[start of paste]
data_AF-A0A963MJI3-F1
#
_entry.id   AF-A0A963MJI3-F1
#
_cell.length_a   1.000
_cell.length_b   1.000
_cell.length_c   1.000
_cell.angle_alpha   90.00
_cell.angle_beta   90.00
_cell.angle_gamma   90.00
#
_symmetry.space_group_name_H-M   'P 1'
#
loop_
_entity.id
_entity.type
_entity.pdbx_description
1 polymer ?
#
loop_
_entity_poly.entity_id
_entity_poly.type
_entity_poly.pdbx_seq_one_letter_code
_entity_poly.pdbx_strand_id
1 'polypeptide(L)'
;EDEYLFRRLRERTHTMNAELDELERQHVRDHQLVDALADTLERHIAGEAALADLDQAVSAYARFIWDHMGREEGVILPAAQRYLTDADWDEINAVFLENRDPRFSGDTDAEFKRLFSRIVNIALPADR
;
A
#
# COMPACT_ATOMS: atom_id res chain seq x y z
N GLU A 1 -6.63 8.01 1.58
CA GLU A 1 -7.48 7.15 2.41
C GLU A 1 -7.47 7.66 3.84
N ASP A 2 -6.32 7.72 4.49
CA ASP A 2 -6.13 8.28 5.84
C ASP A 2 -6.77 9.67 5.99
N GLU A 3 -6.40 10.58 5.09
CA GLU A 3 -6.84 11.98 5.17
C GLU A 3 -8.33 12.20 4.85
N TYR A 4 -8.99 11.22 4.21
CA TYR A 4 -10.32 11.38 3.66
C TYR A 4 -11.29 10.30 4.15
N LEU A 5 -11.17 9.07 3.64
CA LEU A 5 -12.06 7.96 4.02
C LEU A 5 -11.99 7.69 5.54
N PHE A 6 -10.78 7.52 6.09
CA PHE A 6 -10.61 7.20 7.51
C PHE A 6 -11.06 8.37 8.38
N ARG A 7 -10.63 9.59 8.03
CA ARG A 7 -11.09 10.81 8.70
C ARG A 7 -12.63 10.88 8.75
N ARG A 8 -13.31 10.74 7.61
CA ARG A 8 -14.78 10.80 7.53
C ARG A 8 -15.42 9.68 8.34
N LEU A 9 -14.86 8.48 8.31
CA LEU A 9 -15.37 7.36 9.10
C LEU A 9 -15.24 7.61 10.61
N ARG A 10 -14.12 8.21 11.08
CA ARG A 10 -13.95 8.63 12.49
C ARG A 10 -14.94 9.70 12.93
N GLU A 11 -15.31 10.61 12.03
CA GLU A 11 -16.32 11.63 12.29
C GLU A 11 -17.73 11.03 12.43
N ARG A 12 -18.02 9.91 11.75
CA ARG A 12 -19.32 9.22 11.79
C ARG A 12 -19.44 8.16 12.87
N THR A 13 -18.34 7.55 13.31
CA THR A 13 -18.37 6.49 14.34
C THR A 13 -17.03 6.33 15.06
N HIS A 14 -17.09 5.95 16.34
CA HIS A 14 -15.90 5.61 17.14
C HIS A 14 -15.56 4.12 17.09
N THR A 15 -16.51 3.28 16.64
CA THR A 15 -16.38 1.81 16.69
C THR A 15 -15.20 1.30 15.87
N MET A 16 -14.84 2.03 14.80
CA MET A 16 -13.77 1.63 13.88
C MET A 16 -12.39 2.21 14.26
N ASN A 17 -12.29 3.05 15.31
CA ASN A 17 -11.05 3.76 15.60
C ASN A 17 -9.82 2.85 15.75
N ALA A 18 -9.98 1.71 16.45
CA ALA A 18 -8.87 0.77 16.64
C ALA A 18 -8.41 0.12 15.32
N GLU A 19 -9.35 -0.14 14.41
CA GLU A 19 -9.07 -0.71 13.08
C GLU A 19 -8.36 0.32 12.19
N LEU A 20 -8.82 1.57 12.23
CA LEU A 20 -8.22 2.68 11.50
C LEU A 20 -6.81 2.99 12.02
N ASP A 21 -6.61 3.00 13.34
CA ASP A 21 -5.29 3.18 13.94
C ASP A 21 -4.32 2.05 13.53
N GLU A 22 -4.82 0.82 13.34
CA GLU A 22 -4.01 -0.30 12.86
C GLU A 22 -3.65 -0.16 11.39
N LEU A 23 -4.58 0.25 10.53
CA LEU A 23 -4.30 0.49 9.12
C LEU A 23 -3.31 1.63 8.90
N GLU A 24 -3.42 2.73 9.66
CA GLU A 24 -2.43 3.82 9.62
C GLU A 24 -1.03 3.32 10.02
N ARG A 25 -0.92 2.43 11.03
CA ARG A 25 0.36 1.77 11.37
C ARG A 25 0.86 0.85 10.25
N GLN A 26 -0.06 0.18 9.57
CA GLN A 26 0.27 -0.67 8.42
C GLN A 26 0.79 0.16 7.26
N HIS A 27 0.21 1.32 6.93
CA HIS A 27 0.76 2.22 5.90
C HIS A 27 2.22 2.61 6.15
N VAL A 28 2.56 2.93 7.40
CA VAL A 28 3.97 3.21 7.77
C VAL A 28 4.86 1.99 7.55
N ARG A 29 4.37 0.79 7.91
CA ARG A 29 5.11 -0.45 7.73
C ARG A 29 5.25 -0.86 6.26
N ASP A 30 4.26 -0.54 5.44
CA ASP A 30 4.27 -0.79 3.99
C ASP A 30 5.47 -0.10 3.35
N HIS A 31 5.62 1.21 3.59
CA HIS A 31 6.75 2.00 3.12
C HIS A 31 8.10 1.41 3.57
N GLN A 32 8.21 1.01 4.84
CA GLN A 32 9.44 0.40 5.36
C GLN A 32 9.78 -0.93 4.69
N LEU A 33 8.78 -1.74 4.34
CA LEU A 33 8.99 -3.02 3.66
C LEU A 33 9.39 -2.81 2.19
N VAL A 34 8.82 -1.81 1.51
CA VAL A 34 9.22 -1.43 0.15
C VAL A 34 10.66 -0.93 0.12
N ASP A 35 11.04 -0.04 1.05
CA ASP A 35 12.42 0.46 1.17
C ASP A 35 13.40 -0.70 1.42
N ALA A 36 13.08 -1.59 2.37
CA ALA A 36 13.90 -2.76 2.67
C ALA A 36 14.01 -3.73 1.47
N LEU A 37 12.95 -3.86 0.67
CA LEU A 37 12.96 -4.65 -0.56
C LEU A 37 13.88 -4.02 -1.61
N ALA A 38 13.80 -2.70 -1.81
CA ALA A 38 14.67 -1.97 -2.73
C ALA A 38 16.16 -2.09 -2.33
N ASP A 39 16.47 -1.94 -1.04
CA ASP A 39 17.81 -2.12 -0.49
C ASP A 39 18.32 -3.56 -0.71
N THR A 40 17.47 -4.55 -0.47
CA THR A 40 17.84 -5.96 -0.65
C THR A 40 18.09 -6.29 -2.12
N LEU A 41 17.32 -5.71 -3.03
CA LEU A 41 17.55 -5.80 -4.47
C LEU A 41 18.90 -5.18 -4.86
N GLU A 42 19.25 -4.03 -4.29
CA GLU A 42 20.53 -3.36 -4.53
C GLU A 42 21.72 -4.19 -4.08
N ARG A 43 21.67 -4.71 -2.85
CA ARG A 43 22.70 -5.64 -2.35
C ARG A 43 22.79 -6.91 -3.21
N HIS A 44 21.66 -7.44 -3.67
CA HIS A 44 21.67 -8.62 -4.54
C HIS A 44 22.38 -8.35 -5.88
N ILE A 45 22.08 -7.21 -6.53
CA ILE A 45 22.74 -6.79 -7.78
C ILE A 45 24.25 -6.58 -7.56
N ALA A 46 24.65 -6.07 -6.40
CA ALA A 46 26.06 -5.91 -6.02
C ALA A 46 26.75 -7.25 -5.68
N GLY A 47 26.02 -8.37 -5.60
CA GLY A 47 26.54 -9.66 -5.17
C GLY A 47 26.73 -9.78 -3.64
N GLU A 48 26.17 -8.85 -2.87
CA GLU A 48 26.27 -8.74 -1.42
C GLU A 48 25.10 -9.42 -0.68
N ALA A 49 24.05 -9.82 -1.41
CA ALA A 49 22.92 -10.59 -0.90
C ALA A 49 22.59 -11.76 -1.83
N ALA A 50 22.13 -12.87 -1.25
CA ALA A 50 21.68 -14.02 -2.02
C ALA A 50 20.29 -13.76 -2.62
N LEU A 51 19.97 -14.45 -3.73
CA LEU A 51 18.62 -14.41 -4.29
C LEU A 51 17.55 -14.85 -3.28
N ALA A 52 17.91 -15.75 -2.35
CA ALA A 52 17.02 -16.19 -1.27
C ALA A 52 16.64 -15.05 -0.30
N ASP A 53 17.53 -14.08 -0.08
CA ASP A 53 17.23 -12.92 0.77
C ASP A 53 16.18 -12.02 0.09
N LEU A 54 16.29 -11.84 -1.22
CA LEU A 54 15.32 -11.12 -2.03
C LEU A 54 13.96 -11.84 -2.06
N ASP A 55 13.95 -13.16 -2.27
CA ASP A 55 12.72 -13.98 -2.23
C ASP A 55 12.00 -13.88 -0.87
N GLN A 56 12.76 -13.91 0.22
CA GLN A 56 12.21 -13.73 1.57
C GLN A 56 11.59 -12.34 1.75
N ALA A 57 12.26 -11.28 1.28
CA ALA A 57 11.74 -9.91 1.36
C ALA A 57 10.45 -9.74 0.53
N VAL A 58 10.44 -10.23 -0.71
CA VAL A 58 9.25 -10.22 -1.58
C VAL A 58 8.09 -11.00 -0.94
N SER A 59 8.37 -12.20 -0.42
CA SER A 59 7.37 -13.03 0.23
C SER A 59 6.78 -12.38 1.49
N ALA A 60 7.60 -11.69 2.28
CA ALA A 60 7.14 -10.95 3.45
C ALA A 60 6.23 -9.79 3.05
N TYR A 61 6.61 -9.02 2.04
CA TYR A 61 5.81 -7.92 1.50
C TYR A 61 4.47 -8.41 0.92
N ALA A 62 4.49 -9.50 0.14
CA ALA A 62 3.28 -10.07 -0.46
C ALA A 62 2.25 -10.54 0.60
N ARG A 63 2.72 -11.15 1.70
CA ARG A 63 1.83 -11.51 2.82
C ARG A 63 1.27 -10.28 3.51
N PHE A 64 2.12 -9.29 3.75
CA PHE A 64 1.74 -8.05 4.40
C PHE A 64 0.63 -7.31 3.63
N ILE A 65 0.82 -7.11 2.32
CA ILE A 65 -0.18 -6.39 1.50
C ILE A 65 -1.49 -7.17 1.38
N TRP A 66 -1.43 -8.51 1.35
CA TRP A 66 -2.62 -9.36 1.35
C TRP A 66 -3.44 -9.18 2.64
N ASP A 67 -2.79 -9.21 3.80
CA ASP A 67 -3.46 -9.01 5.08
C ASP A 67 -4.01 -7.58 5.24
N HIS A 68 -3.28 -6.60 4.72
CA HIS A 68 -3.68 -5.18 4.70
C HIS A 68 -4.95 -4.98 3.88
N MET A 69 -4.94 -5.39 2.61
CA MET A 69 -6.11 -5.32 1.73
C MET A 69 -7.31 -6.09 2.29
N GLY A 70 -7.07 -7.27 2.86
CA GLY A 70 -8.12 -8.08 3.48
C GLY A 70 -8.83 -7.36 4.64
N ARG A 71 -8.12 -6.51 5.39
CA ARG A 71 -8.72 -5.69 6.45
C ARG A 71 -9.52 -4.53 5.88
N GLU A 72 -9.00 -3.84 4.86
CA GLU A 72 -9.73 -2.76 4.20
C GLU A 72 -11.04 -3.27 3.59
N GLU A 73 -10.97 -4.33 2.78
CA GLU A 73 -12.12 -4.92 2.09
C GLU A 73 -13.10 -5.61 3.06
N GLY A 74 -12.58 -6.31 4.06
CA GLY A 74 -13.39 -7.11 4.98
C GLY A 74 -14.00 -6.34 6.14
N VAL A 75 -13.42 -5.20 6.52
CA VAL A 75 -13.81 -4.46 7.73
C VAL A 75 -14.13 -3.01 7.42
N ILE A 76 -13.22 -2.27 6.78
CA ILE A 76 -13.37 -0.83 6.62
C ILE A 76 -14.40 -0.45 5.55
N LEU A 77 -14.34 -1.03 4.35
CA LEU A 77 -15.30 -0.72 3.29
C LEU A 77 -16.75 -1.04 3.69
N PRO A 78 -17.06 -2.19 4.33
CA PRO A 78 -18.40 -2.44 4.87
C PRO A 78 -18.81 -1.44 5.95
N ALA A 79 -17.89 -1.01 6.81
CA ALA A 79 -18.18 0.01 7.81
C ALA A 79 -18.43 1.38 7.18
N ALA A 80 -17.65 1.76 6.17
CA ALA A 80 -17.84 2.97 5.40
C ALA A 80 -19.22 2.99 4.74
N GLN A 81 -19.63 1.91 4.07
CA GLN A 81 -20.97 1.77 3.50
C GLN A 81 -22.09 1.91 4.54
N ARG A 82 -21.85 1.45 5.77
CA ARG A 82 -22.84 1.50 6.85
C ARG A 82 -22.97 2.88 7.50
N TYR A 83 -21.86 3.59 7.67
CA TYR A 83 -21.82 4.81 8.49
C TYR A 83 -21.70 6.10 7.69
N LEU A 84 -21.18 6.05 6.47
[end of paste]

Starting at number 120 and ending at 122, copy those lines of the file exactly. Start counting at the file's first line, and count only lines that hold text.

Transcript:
C ASP A 30 5.47 -0.10 3.35
N HIS A 31 5.62 1.21 3.59
CA HIS A 31 6.75 2.00 3.12